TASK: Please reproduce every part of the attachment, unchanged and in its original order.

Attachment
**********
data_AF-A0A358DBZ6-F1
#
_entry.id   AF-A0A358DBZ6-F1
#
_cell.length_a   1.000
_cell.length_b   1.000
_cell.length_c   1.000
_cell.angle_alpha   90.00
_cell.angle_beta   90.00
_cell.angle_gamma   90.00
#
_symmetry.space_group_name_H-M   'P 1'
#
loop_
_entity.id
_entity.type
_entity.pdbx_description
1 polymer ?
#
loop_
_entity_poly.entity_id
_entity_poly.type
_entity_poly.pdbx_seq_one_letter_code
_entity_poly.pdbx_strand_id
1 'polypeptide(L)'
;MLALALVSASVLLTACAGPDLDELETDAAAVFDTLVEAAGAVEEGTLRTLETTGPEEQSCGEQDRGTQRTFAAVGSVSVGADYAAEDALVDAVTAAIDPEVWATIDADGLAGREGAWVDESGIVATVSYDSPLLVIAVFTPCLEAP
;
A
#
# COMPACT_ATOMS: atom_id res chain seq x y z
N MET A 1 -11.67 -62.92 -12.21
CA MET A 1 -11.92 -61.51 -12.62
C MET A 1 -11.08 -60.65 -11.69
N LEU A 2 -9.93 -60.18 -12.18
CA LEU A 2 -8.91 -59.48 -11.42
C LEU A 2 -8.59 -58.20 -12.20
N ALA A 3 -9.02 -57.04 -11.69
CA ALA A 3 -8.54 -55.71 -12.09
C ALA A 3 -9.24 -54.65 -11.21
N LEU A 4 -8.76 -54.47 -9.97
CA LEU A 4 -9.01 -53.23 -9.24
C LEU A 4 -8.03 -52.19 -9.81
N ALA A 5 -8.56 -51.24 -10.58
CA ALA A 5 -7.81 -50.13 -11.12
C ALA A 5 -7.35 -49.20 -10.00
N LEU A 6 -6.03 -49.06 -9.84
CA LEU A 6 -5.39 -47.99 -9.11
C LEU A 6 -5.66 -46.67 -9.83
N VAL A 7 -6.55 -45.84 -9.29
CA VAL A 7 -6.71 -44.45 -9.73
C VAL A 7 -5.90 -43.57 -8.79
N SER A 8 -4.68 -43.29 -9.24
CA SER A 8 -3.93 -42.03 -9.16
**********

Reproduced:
data_AF-A0A358DBZ6-F1
#
_entry.id   AF-A0A358DBZ6-F1
#
_cell.length_a   1.000
_cell.length_b   1.000
_cell.length_c   1.000
_cell.angle_alpha   90.00
_cell.angle_beta   90.00
_cell.angle_gamma   90.00
#
_symmetry.space_group_name_H-M   'P 1'
#
loop_
_entity.id
_entity.type
_entity.pdbx_description
1 polymer ?
#
loop_
_entity_poly.entity_id
_entity_poly.type
_entity_poly.pdbx_seq_one_letter_code
_entity_poly.pdbx_strand_id
1 'polypeptide(L)'
;MLALALVSASVLLTACAGPDLDELETDAAAVFDTLVEAAGAVEEGTLRTLETTGPEEQSCGEQDRGTQRTFAAVGSVSVGADYAAEDALVDAVTAAIDPEVWATIDADGLAGREGAWVDESGIVATVSYDSPLLVIAVFTPCLEAP
;
A
#
# COMPACT_ATOMS: atom_id res chain seq x y z
N MET A 1 -11.67 -62.92 -12.21
CA MET A 1 -11.92 -61.51 -12.62
C MET A 1 -11.08 -60.65 -11.69
N LEU A 2 -9.93 -60.18 -12.18
CA LEU A 2 -8.91 -59.48 -11.42
C LEU A 2 -8.59 -58.20 -12.20
N ALA A 3 -9.02 -57.04 -11.69
CA ALA A 3 -8.54 -55.71 -12.09
C ALA A 3 -9.24 -54.65 -11.21
N LEU A 4 -8.76 -54.47 -9.97
CA LEU A 4 -9.01 -53.23 -9.24
C LEU A 4 -8.03 -52.19 -9.81
N ALA A 5 -8.56 -51.24 -10.58
CA ALA A 5 -7.81 -50.13 -11.12
C ALA A 5 -7.35 -49.20 -10.00
N LEU A 6 -6.03 -49.06 -9.84
CA LEU A 6 -5.39 -47.99 -9.11
C LEU A 6 -5.66 -46.67 -9.83
N VAL A 7 -6.55 -45.84 -9.29
CA VAL A 7 -6.71 -44.45 -9.73
C VAL A 7 -5.90 -43.57 -8.79
N SER A 8 -4.68 -43.29 -9.24
CA SER A 8 -3.93 -42.03 -9.16